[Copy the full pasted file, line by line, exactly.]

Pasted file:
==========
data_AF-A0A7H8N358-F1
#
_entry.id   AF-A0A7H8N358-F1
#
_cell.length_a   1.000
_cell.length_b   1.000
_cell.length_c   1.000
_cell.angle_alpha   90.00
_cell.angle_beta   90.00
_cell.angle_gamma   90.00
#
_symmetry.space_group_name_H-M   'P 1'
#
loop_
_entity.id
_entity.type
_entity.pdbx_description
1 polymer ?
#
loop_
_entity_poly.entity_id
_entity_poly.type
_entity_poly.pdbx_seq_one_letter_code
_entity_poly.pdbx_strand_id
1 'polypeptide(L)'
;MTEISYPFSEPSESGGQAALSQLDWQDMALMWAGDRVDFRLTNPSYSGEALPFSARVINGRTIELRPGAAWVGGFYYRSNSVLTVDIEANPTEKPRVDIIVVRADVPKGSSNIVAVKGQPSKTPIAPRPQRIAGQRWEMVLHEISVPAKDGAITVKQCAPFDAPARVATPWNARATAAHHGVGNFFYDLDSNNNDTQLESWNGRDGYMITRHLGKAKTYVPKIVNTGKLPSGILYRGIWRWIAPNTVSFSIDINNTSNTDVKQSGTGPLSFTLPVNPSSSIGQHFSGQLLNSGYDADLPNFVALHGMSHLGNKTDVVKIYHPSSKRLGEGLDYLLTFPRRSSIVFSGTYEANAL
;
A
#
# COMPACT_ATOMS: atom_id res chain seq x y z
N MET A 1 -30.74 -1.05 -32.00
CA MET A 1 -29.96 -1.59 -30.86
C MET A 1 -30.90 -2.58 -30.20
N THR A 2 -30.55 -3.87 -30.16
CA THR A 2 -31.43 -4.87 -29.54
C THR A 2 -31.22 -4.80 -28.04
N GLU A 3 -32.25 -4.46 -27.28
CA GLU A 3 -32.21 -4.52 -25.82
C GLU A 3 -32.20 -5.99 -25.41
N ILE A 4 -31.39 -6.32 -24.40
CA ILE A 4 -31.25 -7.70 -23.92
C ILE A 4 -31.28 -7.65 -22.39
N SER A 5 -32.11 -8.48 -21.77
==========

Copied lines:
data_AF-A0A7H8N358-F1
#
_entry.id   AF-A0A7H8N358-F1
#
_cell.length_a   1.000
_cell.length_b   1.000
_cell.length_c   1.000
_cell.angle_alpha   90.00
_cell.angle_beta   90.00
_cell.angle_gamma   90.00
#
_symmetry.space_group_name_H-M   'P 1'
#
loop_
_entity.id
_entity.type
_entity.pdbx_description
1 polymer ?
#
loop_
_entity_poly.entity_id
_entity_poly.type
_entity_poly.pdbx_seq_one_letter_code
_entity_poly.pdbx_strand_id
1 'polypeptide(L)'
;MTEISYPFSEPSESGGQAALSQLDWQDMALMWAGDRVDFRLTNPSYSGEALPFSARVINGRTIELRPGAAWVGGFYYRSNSVLTVDIEANPTEKPRVDIIVVRADVPKGSSNIVAVKGQPSKTPIAPRPQRIAGQRWEMVLHEISVPAKDGAITVKQCAPFDAPARVATPWNARATAAHHGVGNFFYDLDSNNNDTQLESWNGRDGYMITRHLGKAKTYVPKIVNTGKLPSGILYRGIWRWIAPNTVSFSIDINNTSNTDVKQSGTGPLSFTLPVNPSSSIGQHFSGQLLNSGYDADLPNFVALHGMSHLGNKTDVVKIYHPSSKRLGEGLDYLLTFPRRSSIVFSGTYEANAL
;
A
#
# COMPACT_ATOMS: atom_id res chain seq x y z
N MET A 1 -30.74 -1.05 -32.00
CA MET A 1 -29.96 -1.59 -30.86
C MET A 1 -30.90 -2.58 -30.20
N THR A 2 -30.55 -3.87 -30.16
CA THR A 2 -31.43 -4.87 -29.54
C THR A 2 -31.22 -4.80 -28.04
N GLU A 3 -32.25 -4.46 -27.28
CA GLU A 3 -32.21 -4.52 -25.82
C GLU A 3 -32.20 -5.99 -25.41
N ILE A 4 -31.39 -6.32 -24.40
CA ILE A 4 -31.25 -7.70 -23.92
C ILE A 4 -31.28 -7.65 -22.39
N SER A 5 -32.11 -8.48 -21.77